The notice stated that failing to abide by the PTA’s directive could result in a fine of 500 million Pakistani rupees, or $3.1 million USD, according to the exchange rate at that time.

Later correspondence from the PTA clarified that it was banning the website within the jurisdiction of Pakistan only. However, Section 1(4) of the Electronic Crimes Act, cited in the same correspondence, states that it regulates “any act committed outside Pakistan by any person if the act constitutes an offence under the Act and affects a person, property, information system or data located in Pakistan.”

According to attorney Monsura Sirajee of O’Melveny & Myers LLP, representing, “our repeated requests to the PTA to confirm that it is not seeking a remedy beyond geofencing the website in Pakistan (not only including a complete takedown but also criminal liability and hefty civil sanctions) have gone unanswered.” She explained that the criminal charges could result in imprisonment up to 10 years.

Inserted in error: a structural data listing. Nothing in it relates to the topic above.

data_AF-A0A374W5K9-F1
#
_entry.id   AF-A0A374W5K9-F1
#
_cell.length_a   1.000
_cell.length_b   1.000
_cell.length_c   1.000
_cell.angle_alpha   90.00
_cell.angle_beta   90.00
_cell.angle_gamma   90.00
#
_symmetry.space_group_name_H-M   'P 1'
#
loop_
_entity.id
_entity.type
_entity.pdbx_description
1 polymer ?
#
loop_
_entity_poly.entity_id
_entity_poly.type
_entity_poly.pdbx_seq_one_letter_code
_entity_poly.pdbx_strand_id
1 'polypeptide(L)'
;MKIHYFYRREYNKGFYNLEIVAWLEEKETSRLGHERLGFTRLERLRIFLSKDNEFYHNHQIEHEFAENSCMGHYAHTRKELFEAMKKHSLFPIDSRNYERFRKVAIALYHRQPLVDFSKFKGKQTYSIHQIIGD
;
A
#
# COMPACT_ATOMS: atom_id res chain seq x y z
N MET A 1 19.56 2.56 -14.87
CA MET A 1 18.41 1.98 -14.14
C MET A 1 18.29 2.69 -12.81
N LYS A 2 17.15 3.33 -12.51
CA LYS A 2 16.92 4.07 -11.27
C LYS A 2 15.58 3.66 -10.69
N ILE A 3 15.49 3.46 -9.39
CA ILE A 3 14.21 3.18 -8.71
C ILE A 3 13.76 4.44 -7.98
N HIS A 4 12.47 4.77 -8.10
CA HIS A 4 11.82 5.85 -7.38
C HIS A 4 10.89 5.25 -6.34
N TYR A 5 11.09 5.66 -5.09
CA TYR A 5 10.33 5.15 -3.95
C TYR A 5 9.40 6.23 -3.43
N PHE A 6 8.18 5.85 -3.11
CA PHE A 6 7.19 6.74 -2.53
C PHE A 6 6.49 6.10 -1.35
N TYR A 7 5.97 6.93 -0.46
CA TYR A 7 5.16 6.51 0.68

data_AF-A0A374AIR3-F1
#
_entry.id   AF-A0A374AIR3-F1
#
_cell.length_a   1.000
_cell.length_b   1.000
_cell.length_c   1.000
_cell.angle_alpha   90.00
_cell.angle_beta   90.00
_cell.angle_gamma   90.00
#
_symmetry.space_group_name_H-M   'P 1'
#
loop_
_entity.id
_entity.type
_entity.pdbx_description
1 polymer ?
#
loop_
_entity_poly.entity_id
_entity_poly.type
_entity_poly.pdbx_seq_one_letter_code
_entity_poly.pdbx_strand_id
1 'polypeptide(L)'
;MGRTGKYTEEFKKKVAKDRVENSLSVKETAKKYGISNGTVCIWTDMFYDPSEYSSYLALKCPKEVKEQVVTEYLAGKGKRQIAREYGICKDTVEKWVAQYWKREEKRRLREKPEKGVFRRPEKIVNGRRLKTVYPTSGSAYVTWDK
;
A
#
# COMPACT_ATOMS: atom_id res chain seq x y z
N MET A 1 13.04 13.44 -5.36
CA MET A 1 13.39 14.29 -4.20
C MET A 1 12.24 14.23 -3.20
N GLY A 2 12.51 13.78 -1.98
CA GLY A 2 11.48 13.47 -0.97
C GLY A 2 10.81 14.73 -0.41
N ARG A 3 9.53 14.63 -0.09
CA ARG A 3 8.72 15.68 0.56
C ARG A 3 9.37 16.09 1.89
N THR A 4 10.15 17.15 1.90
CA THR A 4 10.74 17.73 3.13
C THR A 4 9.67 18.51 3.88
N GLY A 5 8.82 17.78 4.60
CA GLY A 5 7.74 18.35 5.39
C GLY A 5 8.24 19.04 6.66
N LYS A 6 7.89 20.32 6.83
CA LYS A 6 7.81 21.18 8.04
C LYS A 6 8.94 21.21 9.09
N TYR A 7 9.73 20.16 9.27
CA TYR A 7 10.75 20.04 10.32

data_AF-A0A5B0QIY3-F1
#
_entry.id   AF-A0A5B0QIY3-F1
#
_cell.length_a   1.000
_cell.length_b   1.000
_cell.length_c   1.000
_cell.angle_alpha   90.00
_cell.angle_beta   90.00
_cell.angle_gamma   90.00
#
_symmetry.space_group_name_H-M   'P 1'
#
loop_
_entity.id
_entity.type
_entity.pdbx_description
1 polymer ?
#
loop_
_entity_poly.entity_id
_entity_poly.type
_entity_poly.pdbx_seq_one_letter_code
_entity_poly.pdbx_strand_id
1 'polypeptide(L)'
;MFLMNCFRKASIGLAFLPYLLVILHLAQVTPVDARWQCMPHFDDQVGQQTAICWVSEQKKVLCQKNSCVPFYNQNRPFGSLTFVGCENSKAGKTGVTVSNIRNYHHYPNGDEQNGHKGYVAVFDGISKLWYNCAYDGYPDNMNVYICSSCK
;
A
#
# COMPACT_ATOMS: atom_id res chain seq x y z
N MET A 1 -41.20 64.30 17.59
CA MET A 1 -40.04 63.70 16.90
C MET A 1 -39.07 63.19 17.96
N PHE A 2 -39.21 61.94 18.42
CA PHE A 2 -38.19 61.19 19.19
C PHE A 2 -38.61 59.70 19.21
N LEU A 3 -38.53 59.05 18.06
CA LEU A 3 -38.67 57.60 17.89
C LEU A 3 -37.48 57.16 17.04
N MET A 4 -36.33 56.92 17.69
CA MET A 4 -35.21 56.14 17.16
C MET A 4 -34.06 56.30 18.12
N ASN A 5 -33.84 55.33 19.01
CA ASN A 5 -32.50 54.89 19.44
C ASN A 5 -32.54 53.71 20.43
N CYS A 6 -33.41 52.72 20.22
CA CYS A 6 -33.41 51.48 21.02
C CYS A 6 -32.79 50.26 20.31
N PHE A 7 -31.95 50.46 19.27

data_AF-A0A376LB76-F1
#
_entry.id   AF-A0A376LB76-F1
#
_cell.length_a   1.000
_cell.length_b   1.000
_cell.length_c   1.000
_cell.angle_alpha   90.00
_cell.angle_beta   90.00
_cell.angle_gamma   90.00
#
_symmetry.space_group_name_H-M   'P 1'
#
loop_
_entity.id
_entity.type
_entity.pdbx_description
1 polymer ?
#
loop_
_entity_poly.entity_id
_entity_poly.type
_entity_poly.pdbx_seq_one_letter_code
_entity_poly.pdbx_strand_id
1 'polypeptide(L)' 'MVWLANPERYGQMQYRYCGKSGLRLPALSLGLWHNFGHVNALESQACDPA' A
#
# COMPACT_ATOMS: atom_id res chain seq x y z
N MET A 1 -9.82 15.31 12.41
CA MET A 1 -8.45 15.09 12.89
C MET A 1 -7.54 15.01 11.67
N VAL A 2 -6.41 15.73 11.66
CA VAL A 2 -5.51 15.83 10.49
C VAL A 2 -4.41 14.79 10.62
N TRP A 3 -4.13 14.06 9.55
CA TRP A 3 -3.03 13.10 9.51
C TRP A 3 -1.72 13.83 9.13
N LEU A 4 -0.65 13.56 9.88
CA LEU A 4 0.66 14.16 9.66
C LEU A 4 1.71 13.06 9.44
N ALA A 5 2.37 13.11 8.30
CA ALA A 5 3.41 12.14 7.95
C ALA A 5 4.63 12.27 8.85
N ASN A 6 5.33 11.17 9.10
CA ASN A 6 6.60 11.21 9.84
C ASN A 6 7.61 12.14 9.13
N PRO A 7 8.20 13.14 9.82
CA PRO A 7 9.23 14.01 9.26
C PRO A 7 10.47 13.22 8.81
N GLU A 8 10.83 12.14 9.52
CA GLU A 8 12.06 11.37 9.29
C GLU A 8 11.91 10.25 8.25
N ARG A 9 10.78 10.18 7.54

Sirajee said that on Dec. 30, 2020, a chief justice of the Lahore High Court issued arrest warrants for anyone outside of Pakistan who publishes online content that is deemed blasphemous. She pointed out that Section 298-B of the Pakistan Penal Code criminalizes identifying oneself as an Ahmadi Muslim.

On Dec. 25, 2020, the PTA issued a press release, the same one regarding Wikipedia content, reporting it had directed Google to remove “misleading search results associated with the ‘Present Khalifa of Islam’” as well as remove a Quran app published on the Google Play Store by the Ahmadiyya Muslim Community within Pakistan.